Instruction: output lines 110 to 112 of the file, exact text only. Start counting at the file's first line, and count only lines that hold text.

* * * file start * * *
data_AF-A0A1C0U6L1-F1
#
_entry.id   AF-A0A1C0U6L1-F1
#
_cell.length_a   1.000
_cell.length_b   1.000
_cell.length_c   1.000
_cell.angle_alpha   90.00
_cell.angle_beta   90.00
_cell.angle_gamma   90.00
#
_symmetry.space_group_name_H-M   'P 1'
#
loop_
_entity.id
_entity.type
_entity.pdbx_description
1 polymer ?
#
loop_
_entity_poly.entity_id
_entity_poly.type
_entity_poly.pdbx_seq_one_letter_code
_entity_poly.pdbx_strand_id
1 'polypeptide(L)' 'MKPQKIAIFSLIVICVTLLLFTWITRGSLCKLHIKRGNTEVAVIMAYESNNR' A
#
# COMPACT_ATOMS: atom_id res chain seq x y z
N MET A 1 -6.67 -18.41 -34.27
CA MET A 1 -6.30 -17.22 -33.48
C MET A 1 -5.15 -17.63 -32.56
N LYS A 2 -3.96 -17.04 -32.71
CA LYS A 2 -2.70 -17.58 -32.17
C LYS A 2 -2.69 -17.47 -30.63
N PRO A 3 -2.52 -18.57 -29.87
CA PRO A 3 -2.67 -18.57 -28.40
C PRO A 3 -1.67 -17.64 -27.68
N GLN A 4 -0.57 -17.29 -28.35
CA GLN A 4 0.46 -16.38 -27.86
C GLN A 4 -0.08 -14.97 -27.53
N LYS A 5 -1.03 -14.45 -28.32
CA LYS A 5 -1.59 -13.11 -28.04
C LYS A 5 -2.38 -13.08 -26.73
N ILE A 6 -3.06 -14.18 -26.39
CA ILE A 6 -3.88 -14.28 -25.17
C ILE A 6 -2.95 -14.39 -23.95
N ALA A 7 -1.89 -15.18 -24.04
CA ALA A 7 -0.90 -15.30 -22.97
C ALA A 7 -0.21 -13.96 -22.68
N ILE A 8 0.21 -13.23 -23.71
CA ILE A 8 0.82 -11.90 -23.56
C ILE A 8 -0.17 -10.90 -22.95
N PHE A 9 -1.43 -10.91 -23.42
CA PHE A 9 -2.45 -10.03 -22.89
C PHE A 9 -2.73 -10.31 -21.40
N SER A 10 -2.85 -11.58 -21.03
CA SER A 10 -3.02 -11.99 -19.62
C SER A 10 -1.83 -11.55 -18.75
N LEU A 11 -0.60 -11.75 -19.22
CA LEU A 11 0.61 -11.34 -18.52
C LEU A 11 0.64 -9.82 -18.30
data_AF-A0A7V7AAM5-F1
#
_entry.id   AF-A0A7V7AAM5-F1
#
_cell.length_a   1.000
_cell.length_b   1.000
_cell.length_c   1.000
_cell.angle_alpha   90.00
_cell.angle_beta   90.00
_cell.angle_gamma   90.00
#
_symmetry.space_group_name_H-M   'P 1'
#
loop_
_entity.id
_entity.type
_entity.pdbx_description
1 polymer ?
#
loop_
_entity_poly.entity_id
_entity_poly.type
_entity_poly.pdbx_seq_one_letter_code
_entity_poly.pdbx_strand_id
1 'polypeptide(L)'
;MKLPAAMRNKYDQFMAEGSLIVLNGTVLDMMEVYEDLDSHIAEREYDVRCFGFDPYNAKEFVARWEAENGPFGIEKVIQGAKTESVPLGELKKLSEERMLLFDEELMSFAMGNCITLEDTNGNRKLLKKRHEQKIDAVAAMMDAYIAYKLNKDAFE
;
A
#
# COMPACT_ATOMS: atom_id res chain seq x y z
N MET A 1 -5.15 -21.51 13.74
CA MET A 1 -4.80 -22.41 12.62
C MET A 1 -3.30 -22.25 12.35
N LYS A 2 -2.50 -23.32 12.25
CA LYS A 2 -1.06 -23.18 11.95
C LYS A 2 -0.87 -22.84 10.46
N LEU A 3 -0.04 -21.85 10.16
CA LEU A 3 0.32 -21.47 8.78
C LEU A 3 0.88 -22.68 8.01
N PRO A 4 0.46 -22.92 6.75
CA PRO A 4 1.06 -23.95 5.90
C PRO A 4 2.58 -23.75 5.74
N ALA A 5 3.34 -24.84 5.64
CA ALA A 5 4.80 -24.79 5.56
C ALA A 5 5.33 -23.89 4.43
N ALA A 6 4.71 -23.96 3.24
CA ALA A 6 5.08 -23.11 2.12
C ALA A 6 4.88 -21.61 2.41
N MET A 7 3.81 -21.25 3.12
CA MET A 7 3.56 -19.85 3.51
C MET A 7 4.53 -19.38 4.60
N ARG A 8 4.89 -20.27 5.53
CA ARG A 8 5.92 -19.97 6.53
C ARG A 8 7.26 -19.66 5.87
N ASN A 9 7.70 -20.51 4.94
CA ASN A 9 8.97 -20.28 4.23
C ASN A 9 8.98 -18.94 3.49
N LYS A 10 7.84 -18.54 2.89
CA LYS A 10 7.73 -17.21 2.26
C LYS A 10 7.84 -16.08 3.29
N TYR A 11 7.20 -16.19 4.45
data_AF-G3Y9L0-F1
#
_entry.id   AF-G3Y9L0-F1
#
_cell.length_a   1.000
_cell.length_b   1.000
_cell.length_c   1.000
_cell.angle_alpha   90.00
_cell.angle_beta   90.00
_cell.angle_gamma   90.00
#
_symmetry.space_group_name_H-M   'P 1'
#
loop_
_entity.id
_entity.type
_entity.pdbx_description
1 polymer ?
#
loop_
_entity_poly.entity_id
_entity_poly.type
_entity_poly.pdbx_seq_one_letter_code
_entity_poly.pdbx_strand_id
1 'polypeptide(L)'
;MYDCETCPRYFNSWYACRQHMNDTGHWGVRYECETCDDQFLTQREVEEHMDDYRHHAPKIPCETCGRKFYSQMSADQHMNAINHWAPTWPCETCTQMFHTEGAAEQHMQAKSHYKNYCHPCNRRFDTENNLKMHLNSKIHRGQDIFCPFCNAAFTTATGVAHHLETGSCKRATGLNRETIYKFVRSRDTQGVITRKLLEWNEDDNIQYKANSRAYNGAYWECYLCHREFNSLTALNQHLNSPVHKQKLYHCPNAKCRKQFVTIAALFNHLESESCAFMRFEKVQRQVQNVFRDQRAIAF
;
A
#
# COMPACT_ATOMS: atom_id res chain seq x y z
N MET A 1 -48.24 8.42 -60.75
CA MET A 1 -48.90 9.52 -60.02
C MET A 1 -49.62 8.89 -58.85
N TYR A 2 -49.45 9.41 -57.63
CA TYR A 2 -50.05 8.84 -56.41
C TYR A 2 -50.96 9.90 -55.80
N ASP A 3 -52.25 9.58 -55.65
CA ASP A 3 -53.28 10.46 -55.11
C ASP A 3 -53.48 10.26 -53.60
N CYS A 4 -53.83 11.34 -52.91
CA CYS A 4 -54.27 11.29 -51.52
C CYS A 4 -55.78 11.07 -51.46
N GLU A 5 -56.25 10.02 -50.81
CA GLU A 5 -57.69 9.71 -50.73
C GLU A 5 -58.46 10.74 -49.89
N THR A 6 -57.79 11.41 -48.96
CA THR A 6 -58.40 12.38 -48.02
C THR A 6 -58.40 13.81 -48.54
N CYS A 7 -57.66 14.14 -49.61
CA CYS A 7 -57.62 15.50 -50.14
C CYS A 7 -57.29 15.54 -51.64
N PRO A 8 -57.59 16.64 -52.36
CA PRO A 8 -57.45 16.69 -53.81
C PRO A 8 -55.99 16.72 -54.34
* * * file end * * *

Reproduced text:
CA MET A 7 3.56 -19.85 3.51
C MET A 7 4.53 -19.38 4.60
N ARG A 8 4.89 -20.27 5.53